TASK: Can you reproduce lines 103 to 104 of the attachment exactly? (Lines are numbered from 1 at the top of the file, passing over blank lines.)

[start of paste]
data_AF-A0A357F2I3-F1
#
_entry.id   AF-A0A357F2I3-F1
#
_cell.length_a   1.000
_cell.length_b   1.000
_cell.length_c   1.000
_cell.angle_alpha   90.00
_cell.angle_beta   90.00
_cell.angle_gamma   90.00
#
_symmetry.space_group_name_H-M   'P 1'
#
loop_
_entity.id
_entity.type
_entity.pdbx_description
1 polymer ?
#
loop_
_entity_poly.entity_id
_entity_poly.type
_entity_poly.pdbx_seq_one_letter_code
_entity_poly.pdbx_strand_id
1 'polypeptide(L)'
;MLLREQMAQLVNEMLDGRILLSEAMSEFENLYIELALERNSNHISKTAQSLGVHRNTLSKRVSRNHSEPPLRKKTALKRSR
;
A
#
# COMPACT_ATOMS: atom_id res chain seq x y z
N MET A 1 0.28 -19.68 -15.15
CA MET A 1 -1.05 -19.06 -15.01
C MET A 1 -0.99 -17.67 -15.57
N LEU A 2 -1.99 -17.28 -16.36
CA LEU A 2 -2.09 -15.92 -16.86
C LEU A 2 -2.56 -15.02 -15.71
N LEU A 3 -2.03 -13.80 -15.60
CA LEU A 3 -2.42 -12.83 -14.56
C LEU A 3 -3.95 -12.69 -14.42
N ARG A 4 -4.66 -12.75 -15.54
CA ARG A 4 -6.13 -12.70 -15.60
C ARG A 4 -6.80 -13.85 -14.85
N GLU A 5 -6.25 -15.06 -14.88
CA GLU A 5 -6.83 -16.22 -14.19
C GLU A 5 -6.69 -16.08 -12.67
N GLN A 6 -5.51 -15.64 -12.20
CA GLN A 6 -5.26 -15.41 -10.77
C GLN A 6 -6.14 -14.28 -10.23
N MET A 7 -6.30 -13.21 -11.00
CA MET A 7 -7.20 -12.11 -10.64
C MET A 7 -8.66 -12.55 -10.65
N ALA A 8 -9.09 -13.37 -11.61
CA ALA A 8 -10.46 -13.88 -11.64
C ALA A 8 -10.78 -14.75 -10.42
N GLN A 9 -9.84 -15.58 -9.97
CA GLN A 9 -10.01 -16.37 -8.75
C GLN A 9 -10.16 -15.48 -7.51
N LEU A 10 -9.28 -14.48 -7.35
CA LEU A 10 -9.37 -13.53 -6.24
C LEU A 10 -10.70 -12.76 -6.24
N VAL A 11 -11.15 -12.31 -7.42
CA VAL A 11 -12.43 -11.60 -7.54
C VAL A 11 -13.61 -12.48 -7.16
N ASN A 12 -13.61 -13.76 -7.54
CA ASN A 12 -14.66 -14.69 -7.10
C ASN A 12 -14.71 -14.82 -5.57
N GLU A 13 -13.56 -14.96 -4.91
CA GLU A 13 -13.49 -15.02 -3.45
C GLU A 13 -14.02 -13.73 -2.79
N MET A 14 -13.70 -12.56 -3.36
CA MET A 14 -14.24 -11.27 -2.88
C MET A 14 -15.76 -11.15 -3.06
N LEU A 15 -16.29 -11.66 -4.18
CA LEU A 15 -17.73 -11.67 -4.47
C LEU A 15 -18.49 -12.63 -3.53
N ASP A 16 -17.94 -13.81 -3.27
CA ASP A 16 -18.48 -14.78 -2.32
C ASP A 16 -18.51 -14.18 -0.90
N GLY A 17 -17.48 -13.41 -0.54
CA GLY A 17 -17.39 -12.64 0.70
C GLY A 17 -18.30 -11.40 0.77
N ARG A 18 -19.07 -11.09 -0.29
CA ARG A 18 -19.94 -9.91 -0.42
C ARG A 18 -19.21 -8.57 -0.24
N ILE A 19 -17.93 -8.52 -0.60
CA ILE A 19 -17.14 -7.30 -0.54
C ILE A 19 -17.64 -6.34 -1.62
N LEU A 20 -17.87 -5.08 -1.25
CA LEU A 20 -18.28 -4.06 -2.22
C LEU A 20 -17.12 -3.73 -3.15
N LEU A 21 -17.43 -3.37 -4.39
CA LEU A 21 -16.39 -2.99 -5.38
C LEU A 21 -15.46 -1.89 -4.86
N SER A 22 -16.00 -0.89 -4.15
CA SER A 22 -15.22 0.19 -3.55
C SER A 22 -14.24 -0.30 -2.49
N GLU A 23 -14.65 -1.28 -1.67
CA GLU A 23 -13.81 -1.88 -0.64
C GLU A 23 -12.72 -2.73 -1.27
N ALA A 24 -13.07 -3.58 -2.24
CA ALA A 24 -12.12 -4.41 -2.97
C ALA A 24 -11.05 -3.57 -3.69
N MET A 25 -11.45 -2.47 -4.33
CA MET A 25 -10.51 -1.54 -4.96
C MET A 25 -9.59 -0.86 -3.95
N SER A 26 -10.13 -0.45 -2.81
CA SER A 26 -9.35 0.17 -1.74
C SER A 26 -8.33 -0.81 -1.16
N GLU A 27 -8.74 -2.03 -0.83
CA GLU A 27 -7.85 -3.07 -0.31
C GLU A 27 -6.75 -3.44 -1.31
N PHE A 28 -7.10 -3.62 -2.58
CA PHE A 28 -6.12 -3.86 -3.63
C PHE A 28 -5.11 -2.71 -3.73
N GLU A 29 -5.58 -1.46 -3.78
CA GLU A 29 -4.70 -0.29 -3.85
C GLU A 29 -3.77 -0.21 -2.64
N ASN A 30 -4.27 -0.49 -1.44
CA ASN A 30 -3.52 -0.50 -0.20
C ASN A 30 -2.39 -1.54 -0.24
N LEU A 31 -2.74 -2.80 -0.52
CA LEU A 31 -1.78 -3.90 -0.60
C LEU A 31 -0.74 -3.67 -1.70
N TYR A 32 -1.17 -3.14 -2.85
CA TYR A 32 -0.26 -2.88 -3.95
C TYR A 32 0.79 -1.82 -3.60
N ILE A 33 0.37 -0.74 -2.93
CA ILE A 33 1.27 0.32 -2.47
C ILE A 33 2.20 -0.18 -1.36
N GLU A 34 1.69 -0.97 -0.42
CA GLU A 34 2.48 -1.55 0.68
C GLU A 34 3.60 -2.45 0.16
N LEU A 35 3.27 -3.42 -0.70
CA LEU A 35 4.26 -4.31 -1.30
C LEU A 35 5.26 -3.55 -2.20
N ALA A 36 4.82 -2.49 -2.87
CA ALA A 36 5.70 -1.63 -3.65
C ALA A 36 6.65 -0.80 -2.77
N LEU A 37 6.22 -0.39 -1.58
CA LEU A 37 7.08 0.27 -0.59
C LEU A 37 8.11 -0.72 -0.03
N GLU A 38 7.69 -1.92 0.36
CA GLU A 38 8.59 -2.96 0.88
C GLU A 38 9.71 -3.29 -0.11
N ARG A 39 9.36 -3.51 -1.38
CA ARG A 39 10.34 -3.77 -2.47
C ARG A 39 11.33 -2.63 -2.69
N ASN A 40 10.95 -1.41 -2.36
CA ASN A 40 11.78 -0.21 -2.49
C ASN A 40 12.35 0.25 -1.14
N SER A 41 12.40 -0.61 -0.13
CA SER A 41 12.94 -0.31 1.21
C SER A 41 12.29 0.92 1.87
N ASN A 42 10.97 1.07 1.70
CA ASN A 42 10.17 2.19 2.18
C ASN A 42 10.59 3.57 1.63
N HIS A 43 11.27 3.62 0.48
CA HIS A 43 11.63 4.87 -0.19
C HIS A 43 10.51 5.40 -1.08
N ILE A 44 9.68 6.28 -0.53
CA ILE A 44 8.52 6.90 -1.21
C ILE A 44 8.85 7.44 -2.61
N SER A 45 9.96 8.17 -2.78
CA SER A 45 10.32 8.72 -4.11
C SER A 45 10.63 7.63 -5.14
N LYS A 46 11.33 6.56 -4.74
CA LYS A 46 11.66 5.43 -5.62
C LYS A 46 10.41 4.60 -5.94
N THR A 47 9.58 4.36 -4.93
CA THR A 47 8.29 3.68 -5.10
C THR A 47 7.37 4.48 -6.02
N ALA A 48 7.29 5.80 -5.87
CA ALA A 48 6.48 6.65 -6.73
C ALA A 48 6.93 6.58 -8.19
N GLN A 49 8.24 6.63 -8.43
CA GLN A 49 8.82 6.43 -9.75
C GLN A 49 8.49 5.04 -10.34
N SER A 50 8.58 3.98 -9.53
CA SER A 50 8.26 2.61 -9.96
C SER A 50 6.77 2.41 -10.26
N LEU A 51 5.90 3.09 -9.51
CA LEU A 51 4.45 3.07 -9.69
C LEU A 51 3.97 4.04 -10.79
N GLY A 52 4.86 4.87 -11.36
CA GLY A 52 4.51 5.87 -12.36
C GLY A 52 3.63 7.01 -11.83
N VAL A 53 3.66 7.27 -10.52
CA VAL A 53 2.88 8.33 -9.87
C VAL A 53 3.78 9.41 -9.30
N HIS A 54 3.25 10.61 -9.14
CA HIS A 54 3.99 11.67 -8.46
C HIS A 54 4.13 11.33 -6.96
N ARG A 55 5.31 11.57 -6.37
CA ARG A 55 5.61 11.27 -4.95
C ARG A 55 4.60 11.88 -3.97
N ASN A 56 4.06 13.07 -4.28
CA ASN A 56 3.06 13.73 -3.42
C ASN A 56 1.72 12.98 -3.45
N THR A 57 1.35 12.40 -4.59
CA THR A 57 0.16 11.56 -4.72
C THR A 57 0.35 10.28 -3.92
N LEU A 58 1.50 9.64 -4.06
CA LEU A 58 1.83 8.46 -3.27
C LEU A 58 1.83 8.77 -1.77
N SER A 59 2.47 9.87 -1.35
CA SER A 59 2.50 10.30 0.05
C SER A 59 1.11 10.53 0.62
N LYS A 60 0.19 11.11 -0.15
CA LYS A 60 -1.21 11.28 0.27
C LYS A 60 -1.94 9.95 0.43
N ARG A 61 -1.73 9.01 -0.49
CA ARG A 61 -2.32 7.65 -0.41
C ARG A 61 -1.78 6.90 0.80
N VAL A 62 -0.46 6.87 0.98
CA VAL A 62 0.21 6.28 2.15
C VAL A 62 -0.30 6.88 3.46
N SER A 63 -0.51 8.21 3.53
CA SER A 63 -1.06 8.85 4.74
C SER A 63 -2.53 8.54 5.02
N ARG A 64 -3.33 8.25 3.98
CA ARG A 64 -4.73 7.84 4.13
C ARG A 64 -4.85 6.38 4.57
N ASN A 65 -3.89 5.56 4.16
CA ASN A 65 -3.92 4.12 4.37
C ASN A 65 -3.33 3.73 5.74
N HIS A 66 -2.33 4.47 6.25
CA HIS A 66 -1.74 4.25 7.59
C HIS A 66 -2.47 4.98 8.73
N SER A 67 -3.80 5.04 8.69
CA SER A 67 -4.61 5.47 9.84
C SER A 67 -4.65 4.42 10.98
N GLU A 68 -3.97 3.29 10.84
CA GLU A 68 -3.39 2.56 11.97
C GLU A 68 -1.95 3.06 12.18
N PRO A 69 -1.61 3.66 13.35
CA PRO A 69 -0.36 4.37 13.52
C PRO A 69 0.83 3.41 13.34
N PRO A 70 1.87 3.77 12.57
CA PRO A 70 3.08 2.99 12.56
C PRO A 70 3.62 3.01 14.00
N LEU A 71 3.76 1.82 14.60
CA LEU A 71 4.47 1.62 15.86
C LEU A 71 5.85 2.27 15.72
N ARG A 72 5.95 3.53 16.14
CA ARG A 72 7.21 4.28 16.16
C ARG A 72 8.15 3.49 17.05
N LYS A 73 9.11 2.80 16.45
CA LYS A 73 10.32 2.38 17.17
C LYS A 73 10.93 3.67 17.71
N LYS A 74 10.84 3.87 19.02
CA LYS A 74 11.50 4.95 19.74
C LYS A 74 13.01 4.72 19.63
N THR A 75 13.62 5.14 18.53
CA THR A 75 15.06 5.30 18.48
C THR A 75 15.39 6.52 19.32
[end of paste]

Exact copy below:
N MET A 25 -11.45 -2.47 -4.33
CA MET A 25 -10.51 -1.54 -4.96